Several changes were made to the concurrency and collections APIs in Java 7, which made it simpler to develop code that works well with multiple threads and can be scaled up.

Compressed 64-bit pointers

Java 7 included compressed 64-bit pointers, which make 64-bit JVMs use less memory.

JVM support for dynamically-typed languages

Java 7 included support for dynamically typed languages like JavaScript and Ruby. This made it simpler to combine Java with other languages.

What is Java 8?

After Java 7, the next major version of the Java programming language was Java 8, which had the code name "Spider." Oracle Corporation published it in March 2014, and it included a lot of new features and enhancements to the language, including several long-awaited ones that made functional programming in the language much better.

One of the most important innovations in Java 8 was the addition of lambda expressions, a new way to define functions that makes it simpler to develop code that uses the functional programming paradigm. Other big changes in Java 8 include better type annotations, the addition of default methods for interfaces, and improvements to the Stream API for dealing with collections.

Major Java 8 Features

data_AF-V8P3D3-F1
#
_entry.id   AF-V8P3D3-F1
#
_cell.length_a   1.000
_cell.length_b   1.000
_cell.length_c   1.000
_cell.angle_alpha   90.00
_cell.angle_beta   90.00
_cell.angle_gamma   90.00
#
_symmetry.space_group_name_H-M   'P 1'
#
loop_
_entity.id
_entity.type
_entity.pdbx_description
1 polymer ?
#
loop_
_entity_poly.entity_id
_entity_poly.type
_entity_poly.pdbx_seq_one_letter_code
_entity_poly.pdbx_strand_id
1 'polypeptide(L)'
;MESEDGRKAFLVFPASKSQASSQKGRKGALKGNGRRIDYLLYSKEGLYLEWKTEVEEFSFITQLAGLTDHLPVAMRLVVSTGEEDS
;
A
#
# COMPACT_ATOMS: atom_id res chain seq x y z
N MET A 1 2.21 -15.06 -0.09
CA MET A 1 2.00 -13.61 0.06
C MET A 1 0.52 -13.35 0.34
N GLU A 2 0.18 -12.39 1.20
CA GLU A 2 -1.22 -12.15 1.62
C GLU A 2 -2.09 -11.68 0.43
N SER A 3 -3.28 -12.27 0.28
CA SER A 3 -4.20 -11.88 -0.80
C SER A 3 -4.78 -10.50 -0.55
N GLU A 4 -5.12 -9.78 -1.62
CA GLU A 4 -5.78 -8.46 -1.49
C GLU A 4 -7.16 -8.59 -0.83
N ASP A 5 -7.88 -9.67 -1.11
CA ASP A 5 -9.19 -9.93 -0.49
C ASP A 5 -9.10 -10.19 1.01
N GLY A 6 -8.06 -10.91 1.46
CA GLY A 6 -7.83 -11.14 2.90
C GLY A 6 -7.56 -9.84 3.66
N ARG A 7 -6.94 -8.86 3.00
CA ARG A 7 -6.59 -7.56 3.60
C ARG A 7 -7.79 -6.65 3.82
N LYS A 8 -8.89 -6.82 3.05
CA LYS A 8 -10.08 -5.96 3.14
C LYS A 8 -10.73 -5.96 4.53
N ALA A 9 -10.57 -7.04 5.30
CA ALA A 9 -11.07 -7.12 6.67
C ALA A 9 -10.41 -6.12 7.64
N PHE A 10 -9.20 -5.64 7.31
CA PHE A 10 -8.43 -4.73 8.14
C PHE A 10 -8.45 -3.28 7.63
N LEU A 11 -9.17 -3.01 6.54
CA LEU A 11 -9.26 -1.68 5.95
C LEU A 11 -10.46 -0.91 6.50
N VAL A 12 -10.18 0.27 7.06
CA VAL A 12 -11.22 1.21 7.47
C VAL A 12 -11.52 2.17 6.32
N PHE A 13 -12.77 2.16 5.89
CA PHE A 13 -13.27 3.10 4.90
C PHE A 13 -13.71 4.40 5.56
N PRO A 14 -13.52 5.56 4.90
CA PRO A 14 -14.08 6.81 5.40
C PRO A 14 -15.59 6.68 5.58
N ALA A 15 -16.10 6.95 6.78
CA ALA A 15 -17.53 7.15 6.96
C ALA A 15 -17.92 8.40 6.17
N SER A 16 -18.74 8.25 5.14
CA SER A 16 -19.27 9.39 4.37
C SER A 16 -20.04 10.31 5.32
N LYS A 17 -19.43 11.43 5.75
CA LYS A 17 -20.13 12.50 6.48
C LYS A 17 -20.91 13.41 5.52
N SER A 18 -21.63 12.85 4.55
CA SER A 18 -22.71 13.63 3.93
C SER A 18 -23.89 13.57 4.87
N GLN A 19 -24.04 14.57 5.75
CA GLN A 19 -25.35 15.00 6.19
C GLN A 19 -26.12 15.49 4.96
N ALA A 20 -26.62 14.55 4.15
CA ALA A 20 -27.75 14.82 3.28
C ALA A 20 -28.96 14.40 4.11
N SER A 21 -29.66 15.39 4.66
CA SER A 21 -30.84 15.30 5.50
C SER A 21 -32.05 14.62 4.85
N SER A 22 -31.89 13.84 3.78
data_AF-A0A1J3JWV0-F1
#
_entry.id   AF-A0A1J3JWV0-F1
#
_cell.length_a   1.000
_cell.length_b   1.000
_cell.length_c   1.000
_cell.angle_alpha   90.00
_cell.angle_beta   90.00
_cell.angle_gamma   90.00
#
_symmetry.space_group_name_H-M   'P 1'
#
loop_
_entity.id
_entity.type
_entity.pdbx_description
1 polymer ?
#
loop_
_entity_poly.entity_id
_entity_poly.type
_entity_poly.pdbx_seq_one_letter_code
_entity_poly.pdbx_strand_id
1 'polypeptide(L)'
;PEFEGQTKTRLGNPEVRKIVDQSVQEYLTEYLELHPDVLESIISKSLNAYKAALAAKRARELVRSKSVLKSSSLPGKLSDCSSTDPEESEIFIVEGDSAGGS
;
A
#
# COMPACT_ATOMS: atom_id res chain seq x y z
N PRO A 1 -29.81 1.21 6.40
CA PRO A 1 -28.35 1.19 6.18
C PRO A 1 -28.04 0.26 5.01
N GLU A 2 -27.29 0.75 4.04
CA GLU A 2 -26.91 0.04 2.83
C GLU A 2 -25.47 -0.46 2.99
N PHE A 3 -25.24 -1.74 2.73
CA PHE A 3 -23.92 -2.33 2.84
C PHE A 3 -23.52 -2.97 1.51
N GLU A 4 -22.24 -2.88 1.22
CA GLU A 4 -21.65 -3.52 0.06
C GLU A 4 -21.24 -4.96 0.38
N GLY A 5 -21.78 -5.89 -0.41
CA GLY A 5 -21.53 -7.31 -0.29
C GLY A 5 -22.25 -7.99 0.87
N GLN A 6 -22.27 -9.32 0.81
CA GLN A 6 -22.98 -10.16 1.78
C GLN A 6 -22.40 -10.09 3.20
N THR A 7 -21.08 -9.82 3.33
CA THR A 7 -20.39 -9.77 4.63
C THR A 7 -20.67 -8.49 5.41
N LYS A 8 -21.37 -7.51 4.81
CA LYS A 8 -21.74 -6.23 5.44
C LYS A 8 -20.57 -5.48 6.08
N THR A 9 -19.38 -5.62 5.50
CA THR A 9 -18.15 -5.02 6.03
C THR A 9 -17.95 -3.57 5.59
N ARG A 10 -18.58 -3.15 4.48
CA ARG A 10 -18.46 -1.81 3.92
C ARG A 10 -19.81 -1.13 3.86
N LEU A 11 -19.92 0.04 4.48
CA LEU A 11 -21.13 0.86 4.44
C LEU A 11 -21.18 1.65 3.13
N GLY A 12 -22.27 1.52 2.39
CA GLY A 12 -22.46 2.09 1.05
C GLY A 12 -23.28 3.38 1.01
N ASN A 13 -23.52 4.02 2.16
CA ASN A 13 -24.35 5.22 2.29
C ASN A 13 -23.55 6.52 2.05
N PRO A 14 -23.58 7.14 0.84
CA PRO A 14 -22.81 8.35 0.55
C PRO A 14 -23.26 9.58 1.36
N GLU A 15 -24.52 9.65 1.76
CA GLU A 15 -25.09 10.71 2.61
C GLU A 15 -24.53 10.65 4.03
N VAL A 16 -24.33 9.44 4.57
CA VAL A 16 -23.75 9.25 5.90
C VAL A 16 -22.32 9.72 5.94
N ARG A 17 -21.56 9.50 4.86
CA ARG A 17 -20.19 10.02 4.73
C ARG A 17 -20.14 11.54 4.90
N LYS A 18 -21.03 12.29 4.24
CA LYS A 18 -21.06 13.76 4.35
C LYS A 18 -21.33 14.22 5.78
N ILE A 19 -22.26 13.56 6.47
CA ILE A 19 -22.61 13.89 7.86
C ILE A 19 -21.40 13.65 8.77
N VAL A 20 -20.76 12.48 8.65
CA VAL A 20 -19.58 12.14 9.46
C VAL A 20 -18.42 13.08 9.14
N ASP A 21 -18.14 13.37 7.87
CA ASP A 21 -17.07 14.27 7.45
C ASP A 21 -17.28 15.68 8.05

Lambda Expressions

Lambda expressions are a new way to write code in Java that defines functions. They provide a short, powerful approach to describe behavior that may be supplied to methods as a parameter.

Type Annotations

Java 8 included support for type annotations, which let developers add more information about types that tools may use for checking, analyzing, and making code.

Default Methods for Interfaces

Interfaces in Java may now contain default methods, which make it possible to introduce new behavior without altering how current implementations use the interface.

Stream API

The Stream API is a new way to interact with collections, making it simpler to build clear and fast code.

Date and Time API

Java 8 included a new Date and Time API that makes working with dates and times more versatile and up-to-date.

Nashorn JavaScript Engine

Java 8 came with a new JavaScript engine called Nashorn. Compared to the old engine, it works better and is more compatible.

PermGen Removal

Java 8 got rid of the Permanent Generation (PermGen) memory space, which caused Java developers a lot of trouble in older versions.

Parallel Array Operations

Java 8 added numerous new ways to interact with arrays, making it easier to process data in parallel.

Optional Class

The Optional class was added to Java 8 to show values that may or may not be present.

New Concurrency APIs

The CompletableFuture API in Java 8 makes it simpler to build asynchronous code. It is one of the new APIs for dealing with concurrency.

Key Differences Between Java 7 and Java 8

  1. Oracle Corporation launched Java 8, a significant upgrade to the Java programming language, in March 2014. It came after Java 7, which was also a substantial update. It included numerous important additions and improvements to the language, the most important of which was Lambda expressions, which made functional programming much easier.